Per Article 22 of the Criminal Procedure Code, law enforcement officers report to the prosecutor-general. Despite the influential role that these officers may play in trial proceedings and outcomes, neither the prosecutor-general nor the judiciary has any say in the hiring, selection, and testing of the officers. Rather, they are MOI appointees and the MOI is responsible for their discipline, transfer, promotion, and termination. Even in cases when such officers commit egregious violations, the prosecutor-general has a limited advisory role. For this reason, there have been numerous cases where officers have criminal convictions, but the MOI insists on keeping them as active members of the justice system.

Many judges have long called for the creation of a so-called judicial police—operating under the judiciary—to enforce judicial rulings and judgments and to guard the courts. Until a decision is made in this regard, the oversight of investigating officers should be placed jointly under the judiciary and MOI, thus ensuring that the prosecution actually has authority over the officers who end up determining the initial theory of the case.

The Minister of Justice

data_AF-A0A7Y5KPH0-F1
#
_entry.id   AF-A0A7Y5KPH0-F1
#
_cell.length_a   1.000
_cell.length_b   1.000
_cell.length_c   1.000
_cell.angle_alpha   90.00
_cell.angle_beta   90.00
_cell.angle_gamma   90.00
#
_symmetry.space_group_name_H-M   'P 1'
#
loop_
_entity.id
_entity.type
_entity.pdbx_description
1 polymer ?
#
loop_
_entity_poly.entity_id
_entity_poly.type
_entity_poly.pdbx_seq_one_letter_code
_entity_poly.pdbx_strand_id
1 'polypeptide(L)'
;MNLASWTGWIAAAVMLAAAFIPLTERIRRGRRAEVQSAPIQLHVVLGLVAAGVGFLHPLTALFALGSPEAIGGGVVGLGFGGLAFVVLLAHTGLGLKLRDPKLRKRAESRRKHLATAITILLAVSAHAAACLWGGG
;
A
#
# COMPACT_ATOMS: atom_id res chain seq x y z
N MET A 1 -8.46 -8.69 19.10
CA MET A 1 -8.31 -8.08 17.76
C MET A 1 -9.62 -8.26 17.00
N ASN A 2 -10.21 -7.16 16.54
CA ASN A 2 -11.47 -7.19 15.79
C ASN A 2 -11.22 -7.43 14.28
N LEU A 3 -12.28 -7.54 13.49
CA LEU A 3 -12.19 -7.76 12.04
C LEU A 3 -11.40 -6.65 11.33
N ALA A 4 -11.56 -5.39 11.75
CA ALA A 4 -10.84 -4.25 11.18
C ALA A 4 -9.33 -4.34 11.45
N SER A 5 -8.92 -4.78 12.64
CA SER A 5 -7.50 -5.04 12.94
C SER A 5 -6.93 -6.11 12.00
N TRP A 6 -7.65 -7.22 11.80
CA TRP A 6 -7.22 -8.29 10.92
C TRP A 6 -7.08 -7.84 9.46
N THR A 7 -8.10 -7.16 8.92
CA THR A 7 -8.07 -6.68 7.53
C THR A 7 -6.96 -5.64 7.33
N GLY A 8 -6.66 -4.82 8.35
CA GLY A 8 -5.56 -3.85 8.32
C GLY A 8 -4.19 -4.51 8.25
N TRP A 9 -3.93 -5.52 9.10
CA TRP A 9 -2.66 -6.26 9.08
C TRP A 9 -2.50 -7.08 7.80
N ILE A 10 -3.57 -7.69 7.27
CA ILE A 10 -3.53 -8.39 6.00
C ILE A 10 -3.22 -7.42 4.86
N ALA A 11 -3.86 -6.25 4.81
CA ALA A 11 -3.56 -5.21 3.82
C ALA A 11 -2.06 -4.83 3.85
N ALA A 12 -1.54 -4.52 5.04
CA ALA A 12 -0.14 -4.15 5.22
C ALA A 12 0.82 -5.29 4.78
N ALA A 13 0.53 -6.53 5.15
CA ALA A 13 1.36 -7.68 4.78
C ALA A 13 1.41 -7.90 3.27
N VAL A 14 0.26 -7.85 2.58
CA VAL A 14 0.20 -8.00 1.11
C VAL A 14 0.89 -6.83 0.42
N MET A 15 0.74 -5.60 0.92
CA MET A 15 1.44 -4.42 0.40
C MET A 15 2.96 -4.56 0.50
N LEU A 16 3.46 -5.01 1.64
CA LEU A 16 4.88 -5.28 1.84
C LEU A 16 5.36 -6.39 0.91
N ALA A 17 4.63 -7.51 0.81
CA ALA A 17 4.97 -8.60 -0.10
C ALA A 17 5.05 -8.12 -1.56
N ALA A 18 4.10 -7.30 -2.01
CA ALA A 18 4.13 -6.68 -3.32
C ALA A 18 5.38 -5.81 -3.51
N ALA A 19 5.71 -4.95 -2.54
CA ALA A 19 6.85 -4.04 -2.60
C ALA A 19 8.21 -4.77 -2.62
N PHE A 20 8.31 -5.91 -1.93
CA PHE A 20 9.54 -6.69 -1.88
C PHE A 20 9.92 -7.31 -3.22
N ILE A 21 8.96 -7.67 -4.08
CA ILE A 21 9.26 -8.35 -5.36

The question of whether the minister of justice is a member of the executive or judicial branch in Egypt is a question that no one been able to produce a decisive response to. The minister is a member of the executive branch who reports to the prime minister and the president. Should he fail to carry out tasks or policy assigned by either official, he is prone to dismissal. Yet because of the vital role that the minister has in managing the judicial system, Egyptian judges adamantly believe that he must be selected from the judiciary and even more specifically, from the common court system. Before assuming the position of justice minister, Ahmed al-Zend, acting as president of the Judges Club, launched a campaign to amend the Judiciary Law in order to limit the authority of the Ministry of Justice, particularly in the realm of judicial inspection. However as soon as he became minister, Zend did not work to implement any of his previous demands, indicative of the great degree of power that he recognized was now in his reach.